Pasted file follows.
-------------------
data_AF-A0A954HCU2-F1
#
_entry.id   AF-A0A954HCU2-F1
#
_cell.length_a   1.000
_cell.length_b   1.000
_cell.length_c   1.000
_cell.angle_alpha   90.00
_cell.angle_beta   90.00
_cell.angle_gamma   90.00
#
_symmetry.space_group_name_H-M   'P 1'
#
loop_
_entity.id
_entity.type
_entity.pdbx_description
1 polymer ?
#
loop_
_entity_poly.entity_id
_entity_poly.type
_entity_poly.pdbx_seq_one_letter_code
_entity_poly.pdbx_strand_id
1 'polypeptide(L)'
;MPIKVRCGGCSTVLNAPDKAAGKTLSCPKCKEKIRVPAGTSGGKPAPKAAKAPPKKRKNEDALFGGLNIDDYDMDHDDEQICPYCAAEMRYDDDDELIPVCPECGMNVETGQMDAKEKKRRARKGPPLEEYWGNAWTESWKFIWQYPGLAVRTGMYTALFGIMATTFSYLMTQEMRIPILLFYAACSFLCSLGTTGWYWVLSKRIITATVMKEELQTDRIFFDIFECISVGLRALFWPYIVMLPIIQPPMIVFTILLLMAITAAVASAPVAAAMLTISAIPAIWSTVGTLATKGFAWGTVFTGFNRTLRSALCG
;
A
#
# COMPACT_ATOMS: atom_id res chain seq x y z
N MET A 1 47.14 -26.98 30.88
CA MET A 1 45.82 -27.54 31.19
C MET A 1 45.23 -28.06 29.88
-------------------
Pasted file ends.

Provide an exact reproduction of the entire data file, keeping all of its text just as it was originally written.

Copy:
data_AF-A0A954HCU2-F1
#
_entry.id   AF-A0A954HCU2-F1
#
_cell.length_a   1.000
_cell.length_b   1.000
_cell.length_c   1.000
_cell.angle_alpha   90.00
_cell.angle_beta   90.00
_cell.angle_gamma   90.00
#
_symmetry.space_group_name_H-M   'P 1'
#
loop_
_entity.id
_entity.type
_entity.pdbx_description
1 polymer ?
#
loop_
_entity_poly.entity_id
_entity_poly.type
_entity_poly.pdbx_seq_one_letter_code
_entity_poly.pdbx_strand_id
1 'polypeptide(L)'
;MPIKVRCGGCSTVLNAPDKAAGKTLSCPKCKEKIRVPAGTSGGKPAPKAAKAPPKKRKNEDALFGGLNIDDYDMDHDDEQICPYCAAEMRYDDDDELIPVCPECGMNVETGQMDAKEKKRRARKGPPLEEYWGNAWTESWKFIWQYPGLAVRTGMYTALFGIMATTFSYLMTQEMRIPILLFYAACSFLCSLGTTGWYWVLSKRIITATVMKEELQTDRIFFDIFECISVGLRALFWPYIVMLPIIQPPMIVFTILLLMAITAAVASAPVAAAMLTISAIPAIWSTVGTLATKGFAWGTVFTGFNRTLRSALCG
;
A
#
# COMPACT_ATOMS: atom_id res chain seq x y z
N MET A 1 47.14 -26.98 30.88
CA MET A 1 45.82 -27.54 31.19
C MET A 1 45.23 -28.06 29.88